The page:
# 6.641 �� Electromagnetic Fields, Forces, and Motion ```MIT OpenCourseWare
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6.641
�� Electromagnetic Fields, Forces, and Motion
Spring 2005
6.641 — Electromagnetic Fields, Forces, and Motion
Spring 2005
Problem Set 8 - Solutions
Prof. Markus Zahn
MIT OpenCourseWare
Problem 8.1
A
From Fig. 6P.1 we see the geometric relations
r � = r, θ � = θ − Ωt, z � = z, t� = t
There is also a set of back transformations
r = r � , θ = θ � + Ωt, z = z � , t = t�
(1)
B
Using the chain rule for partial derivatives
�
�� � �
�� � �
�� � �
�� �
∂Ψ
∂r
∂Ψ
∂θ
∂Ψ
∂z
∂Ψ
∂t
∂Ψ
+
+
+
=
∂t�
∂r
∂t�
∂θ
∂t�
∂z
∂t�
∂t
∂t�
From (1) we learn that
∂r
∂θ
∂z
∂t
= 0, � = Ω, � = 0, � = 1
∂t�
∂t
∂t
∂t
Hence,
∂Ψ
∂Ψ
∂Ψ
=
+Ω
∂t�
∂t
∂θ
We note that the remaining partial derivatives of Ψ are
∂Ψ ∂Ψ
∂Ψ ∂Ψ
∂Ψ
∂Ψ
=
, � =
, � =
�
∂r
∂r ∂θ
∂θ ∂z
∂z
Problem 8.2
A
In the frame rotating with the cylinder
Ē � (r � ) =
K&macr;
ir
r�
H̄ � = 0, B̄ � = &micro;0 H̄ � = 0
But then since r �
= r, v̄r (r) = rω īθ
Ē = Ē � − v̄r &times; B̄ � = Ē � =
K
īr
r
1
Problem Set 8
V =
�
b
6.641, Spring 2005
Ē &middot; d&macr;l =
a
�
b
a
K
b
dr = K ln( )
r
a
V 1−
→
→
&macr; = V� � 1 −
E
i = Ē � = � b � � ir
b r r
r
ln a
ln a
The surface charge density is then
→
−
&macr; � = ε0 V 1 = σa
σa� = ir &middot; ε0 E
ln ab a
→
−
&macr; � = ε0 V 1 = σb
σb� = − ir &middot; ε0 E
ln ab b
B
J&macr; = J&macr;� + v̄r ρ�
But in this problem we have only surface currents and charges
K̄ = K̄ � + v̄r σ � = v̄r σ �
aωε0 V −
→
→ ωε0 V −
&macr;
� b � iθ =
K(a)
=
iθ
a ln a
ln ab
bωε0 V →
ωε0 V −
→
−
&macr;
K(b)
=−
i =−
iθ
b θ
b ln a
ln ab
C
→
&macr; = − ωε0 V −
H
iz
b
ln a
D
&macr; =H
&macr; � + v̄r &times; D̄� = v̄r &times; D̄�
H
�
�
�
�
ε
V
1
→ −
−
→
0
�
&macr; =rω
H
i
i
&times;
θ
r
ln ab r �
→
&macr; = − ωε0 V −
H
iz
ln ab
This result checks with the calculation of part (c).
Problem 8.3
A
We assume the simple magnetic ﬁeld
�
→
−
− Di i3 0 &lt; x1 &lt; x
&macr;
H=
0
x &lt; x1
λ(x) =
�
&micro;0 W x
i
B̄ &middot; d&macr;a =
D
2
Problem Set 8
6.641, Spring 2005
B
&micro;0 W x
λ(x, i)
=
i
D
Since the system is linear
L(x) =
W � (i, x) =
1 &micro;0 W x 2
1
L(x)i2 =
i
2
2 D
C
fe =
�
∂Wm
1 &micro;0 W 2
=
i
∂x
2 D
(2)
D
The mechanical equation is
M
d2 x
dx
1 &micro;0 W 2
+B
=
i
dt2
dt
2 D
(3)
The electrical circuit equation is
�
�
d &micro;0 W x
dλ
=
i = V0
dt
dt
D
(4)
E
From (3) we learn that
dx
&micro;0 W 2
=
i = constant
dt
2BD
while from (4) with i constant, we learn that
&micro;0 W i dx
= V0
D dt
Solving these two simultaneously
�
�1
DV02 3
dx
=
dt
2&micro;0 W B
F
From (2)
i=
�
2BD dx
=
&micro;0 W dt
�
D
&micro;0 W
� 32
1
1
(2B) 3 V03
G
As in part A,
�
−
→
− Di i3 0 &lt; x1 &lt; x
H̄ =
0
x &lt; x1
3
Problem Set 8
6.641, Spring 2005
H
The surface current K̄ is
K̄ = −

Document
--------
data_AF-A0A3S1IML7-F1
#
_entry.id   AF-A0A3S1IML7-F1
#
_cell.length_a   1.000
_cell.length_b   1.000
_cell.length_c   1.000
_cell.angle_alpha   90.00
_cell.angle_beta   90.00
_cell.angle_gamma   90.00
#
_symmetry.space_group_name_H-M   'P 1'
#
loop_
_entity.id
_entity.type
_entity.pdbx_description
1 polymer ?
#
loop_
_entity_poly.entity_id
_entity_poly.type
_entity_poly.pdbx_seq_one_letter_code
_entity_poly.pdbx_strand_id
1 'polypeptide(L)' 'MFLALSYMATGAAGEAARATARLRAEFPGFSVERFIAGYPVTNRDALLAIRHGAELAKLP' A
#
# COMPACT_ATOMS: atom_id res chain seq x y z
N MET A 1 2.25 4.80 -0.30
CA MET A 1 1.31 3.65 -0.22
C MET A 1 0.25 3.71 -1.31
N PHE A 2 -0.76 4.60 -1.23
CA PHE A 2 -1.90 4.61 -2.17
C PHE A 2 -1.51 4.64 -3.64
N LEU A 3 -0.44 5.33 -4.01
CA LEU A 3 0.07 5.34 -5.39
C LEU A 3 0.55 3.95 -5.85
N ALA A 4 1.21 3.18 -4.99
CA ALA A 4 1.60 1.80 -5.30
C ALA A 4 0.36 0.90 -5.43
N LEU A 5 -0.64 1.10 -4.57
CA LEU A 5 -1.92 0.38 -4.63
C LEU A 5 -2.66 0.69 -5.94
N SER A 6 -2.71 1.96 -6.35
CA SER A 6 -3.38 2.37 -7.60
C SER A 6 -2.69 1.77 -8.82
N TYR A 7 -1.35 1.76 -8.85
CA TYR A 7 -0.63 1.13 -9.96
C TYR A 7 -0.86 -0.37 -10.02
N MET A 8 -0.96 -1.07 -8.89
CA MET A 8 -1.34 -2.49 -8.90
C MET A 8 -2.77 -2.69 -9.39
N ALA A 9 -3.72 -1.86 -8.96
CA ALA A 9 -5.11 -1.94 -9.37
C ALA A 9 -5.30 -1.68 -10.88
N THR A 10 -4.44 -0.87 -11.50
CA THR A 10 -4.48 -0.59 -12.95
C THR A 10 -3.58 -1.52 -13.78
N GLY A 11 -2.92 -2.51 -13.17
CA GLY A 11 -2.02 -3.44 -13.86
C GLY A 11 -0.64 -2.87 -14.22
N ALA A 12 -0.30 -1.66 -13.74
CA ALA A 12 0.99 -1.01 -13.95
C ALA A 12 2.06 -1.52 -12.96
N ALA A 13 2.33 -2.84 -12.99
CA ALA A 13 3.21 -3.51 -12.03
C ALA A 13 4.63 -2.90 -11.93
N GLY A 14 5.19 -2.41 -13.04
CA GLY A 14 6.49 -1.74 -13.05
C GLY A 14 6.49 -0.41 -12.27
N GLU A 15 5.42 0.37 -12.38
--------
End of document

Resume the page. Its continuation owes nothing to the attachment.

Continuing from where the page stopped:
i(t)
ī2
D
The force on the short is
� &macr;
�
&macr; �
&macr; &times; &micro;0 H1 + &micro;0 H2
F&macr; = J&macr; &times; B̄dv = DW K
2
&micro;0 W 2 −
→
=
i (t) i1
2
(5)
(6)
I
∂E2 −
&micro;0 di −
∂ B̄
→
→
i3 = −
=
i3
∂x1
∂t
D dt
�
�
→
&macr; = &micro;0 x di + C −
i2
E
D dt
�
�
&micro;0 x di V (t) −
→
i2
=
−
D dt
W
� &times; Ē =
J
Choosing a contour with the right leg in the moving short, the left leg ﬁxed at x1 = 0
�
�
d
→
−
→� −
E &middot; dl = −
B̄ &middot; dā
dt S
C
Since E � = 0 in the short and we are only considering quasistatic ﬁelds
�
dx
∂H0
→
−
→� −
+ W &micro;0 H0
E &middot; d l = V (t) = W x&micro;0
∂t
dt
�
�
d &micro;0 W x
=
i(t)
dt
D
(7)
K
n̄ &times; (Ē b ) = Vn B̄ b
Here
&micro;0 i −
dx b
→
−
→
, B̄ = −
i3
n̄ = i1 , Vn =
dt
D
�
�
�
�
&micro;0 x di V (t) −
dx &micro;0 −
→
→
Ēb =
−
i2 = −
i i2
D dt
W
dt D
�
�
d &micro;0 xW i
&micro;0 xW di &micro;0 iW dx
+
=
V (t) =
D dt
D dt
dt
D
(8)
L
Equations (6) and (2) are identical. Equations (8), (7), and (4) are identical if V (t) = V0 . Since we used (2)
and (4) to solve the ﬁrst part we would get the same answer using (6) and (7) in the second part.
4
Problem Set 8
6.641, Spring 2005
M
Since
di
dt
=0
Ē2 (x) = −
V (t) −
V0 −
→
→
iy = − iy
w
W
Problem 8.4
A
The electric ﬁeld in the moving laminations is
−
→
−
→�
−
→
J
i −
J
→
=
=
iz
E� =
σ
σ
σA
The electric ﬁeld in the stationary frame is
�
�
i
−
→ −
→�
−
→
E = E − V̄ &times; B̄ =
+ rωBy iz
σA
&micro;0 N i
By = −
S
�
�
2D &micro;0 2DrωN
V =
i
−
σA
S
Now we have the V − i characteristic of the device. The device is in series with an inductance and a load
resistor Rt = RL + Rint .
�
�
2D &micro;0 2DrN
−
ω i+
=0
Rt +
σA
S
S
dt
B
Let
R1 = Rt +
i = I0 e−
Pd =
If
R1
L
2D 2D&micro;0 rN ω
−
,L =
σA
S
S
t
I 2 � R1 �2
i2
= 0 e− L t
RL
RL
R1 = Rt +
2D 2D&micro;0 rN ω
−
&lt;0
σA
S
the power delivered is unbounded as t → ∞.
C
As the current becomes large, the electrical nonlinearity of the magnetic circuit will limit the exponential
growth and determine a level of stable steady state operation (see Fig. 6.4.12).
5
Problem Set 8
6.641, Spring 2005
Problem 8.5
A
The armature circuit equation is
vA = Ra ia + GIf ω
(9)
The equation of motion is
J
dω
= GIf ia
dt
Which may be integrated to yield
�
G t
ω(t) =
ia (t)
J −∞
(10)
Combining (10) with (9)
(GIf )2
vA = Ra ia +
Jr
�
t
ia (t)
−∞
We recognize that
C=
Jr
(GIf )2
C=
Jr
(0.5)
=
2
(GIf )
(1.5)2 (1)
B
Problem 8.6
1
dif
+ if (Rr + Rf − Gω) +
(Lr + Lf )
dt
C
�
if dt = 0
d2 if
(Rr + Rf − Gω) dif
1
+
+
if = 0
dt2
Lr + Lf
dt
(Lr + Lf )C
if = Iest
(Rr + Rf − Gω)
1
s+
=0
(Lr + Lf )
(Lr + Lf )C
��
� 12
�2
1
Rr + Rf − Gω
Rr + Rf − Gω
−
s=−
&plusmn;
2(Lr + Lf )
2(Lr + Lf )
(Lr + Lf )C
s2 +
A
Self excited if −Gω + Rr + Rf &lt; 0 ⇒ ω &gt;
Rr +Rf
G
6
Problem Set 8
6.641, Spring 2005
B
dc self-excitation
�
Rr + Rf − Gω
2(Lr + Lf )
�2
−
1
4(Lr + Lf )
&gt; 0, C &gt;
(Lr + Lf )C
[Rr + Rf − Gω]2
�2
−
1
4(Lr + Lf )
&lt;0⇒C&lt;
(Lr + Lf )C
[Rr + Rf − Gω]2
ac self-excitation
�
Rr + Rf − Gω
2(Lr + Lf )
C
Frequency ω0 =
�
1
(Lr +Lf )C
−
�
Rr +Rf −Gω
2(Lr +Lf )
�2 � 12
7
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